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Tonight, Jewish people around the world will begin their annual Passover celebrations. As is the case in many years, the eight days of Passover overlap with Christian celebrations of Good Friday and Easter, and like Easter, Passover is an occasion that calls for many food-based remembrances. Learn all about Passover, which is one of the most important Jewish holidays, below.
What does Passover celebrate?
Passover celebrates the liberation of the ancient Israelites from their slavery to Egyptian leaders. The holiday is commonly associated with the historic and religious tale of the 10 plagues, which God inflicted to emancipate the Israelities. The final of these plagues was the death of the firstborn son, though God spared all Jewish families from this suffering. Passover honors this mercy in name, as the Hebrew word for the holiday (pesach) translates to “to pass over,” just as God passed over the Israelites when carrying out the final plague.
When is Passover this year?
God enacted the final plague in 1313 BCE on the 15th of Nissan (a month in the Hebrew calendar), so Passover starts annually on 15 Nissan. Since the Hebrew calendar aligns differently with the Gregorian calendar every year, Passover this year begins April 8th. The holiday then ends on 22 Nissan, which is April 16th on the 2020 Gregorian calendar. Last year, Passover ran from April 19-27.
What do people eat on Passover?
The food portion of Passover is often quite intricate. A typical seder plate comprises three matzoh (square pieces of unleavened bread) under a cloth. Atop this cloth is a shank bone, an egg, a bitter herb (often horseradish), an apple paste known as charoset, and parsley or another vegetable. Each of these foods symbolizes and commemorates a different aspect of the Israelites’ enslavement and subsequent emancipation. You can read more about each food’s meaning here.
What religious texts do people recite on Passover?
A classic Jewish text known as the Haggadah guides Passover proceedings. The Haggadah famously includes the question, “What makes this night different than all other nights?” This question, which is perhaps the phrase most associated with Passover, has four answers that are often recited or sung by the youngest seder attendee.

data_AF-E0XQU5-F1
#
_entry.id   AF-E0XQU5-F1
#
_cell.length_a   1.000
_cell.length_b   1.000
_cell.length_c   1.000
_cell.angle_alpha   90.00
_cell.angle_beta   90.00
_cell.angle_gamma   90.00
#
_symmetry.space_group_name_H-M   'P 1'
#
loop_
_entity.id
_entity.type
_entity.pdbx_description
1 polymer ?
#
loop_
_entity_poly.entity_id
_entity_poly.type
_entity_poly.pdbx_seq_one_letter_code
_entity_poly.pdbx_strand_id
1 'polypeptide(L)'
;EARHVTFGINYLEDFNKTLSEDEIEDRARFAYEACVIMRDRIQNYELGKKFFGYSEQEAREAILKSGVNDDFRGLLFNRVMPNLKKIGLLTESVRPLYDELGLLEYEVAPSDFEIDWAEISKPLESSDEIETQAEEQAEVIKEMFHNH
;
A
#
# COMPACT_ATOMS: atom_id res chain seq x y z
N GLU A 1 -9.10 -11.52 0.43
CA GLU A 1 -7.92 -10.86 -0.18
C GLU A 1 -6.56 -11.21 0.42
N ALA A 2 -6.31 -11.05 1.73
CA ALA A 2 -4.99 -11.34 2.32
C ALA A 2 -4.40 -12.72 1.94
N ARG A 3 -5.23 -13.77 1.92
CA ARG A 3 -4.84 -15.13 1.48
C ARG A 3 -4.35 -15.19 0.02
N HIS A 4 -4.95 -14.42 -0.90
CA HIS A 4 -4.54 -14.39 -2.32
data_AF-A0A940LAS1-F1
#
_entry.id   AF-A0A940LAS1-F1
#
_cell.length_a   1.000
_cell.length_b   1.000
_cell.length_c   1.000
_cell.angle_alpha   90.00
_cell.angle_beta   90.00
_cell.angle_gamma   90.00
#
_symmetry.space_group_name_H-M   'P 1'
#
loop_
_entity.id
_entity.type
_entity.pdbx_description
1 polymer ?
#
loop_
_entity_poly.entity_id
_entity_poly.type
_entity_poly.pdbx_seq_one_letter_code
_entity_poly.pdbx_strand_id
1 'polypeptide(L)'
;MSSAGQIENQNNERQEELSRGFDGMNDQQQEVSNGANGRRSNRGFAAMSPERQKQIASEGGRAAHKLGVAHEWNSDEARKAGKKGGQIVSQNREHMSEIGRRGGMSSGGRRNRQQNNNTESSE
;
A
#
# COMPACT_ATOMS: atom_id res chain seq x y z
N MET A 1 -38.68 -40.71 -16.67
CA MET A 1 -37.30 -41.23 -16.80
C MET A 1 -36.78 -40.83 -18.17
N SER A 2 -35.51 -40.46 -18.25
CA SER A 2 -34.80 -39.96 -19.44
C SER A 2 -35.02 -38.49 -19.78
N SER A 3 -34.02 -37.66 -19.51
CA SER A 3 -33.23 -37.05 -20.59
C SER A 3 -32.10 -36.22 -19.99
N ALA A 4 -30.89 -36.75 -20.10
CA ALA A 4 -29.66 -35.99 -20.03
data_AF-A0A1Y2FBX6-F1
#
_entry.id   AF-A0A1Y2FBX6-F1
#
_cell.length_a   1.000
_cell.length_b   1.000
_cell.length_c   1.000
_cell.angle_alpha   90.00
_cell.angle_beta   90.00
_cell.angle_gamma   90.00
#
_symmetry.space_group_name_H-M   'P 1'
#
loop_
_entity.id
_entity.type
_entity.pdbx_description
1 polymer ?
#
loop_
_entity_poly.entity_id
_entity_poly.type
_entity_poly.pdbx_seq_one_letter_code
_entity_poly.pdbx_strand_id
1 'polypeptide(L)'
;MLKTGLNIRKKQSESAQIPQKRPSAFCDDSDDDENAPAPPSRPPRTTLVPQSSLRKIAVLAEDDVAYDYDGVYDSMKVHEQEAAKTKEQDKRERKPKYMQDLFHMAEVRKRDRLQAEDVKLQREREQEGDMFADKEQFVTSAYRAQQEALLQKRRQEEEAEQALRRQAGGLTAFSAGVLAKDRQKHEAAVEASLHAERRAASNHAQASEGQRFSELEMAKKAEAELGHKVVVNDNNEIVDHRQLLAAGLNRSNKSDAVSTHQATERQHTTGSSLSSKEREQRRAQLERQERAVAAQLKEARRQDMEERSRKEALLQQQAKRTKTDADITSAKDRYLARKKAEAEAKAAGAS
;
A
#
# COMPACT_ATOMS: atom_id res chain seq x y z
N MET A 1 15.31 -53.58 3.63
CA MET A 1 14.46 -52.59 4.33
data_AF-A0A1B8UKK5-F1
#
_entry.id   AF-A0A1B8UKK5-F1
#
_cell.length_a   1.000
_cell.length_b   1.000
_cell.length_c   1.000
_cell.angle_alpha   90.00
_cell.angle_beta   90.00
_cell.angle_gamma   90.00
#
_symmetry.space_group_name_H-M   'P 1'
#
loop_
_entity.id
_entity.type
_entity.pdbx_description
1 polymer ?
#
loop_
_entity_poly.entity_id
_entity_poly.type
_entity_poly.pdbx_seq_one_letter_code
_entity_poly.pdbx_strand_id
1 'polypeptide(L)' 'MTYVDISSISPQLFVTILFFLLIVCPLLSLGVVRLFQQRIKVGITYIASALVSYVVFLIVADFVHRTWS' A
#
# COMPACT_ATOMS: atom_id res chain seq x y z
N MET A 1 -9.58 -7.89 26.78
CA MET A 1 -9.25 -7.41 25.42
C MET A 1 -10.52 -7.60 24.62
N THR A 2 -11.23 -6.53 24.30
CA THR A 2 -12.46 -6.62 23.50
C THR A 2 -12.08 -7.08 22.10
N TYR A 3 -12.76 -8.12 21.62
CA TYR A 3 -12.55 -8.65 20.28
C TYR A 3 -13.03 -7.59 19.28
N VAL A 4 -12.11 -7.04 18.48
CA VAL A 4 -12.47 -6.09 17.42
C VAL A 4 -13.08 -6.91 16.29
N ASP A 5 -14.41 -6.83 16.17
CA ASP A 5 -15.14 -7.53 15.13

What else happens on Passover?
As the recitation of the four answers to “What makes this night different than all other nights?” suggests, Passover is among the kid-friendliest Jewish holidays. At Passover, children also get to experience the delights of the afikoman. This tradition involves breaking a piece of matzah in half during the Passover ceremony, then hiding it somewhere in the home, and having the children search high and low to find it. Whoever finds the afikoman gets a prize.
How are people celebrating Passover during COVID-19?
A crucial element of Passover is the gathering of groups to eat seder plates and celebrate the holiday together. Since the COVID-19 pandemic requires people to maintain at least six feet of social distance and only leave their homes for essential tasks, traditional Passover seders aren’t possible for many people this year.
Instead, many Jews are opting for digital celebrations with friends and family. If you or anyone you know is disappointed that their seder has been called off, you can always suggest this option to them – and hopefully, celebrators can be together in person come this time next year.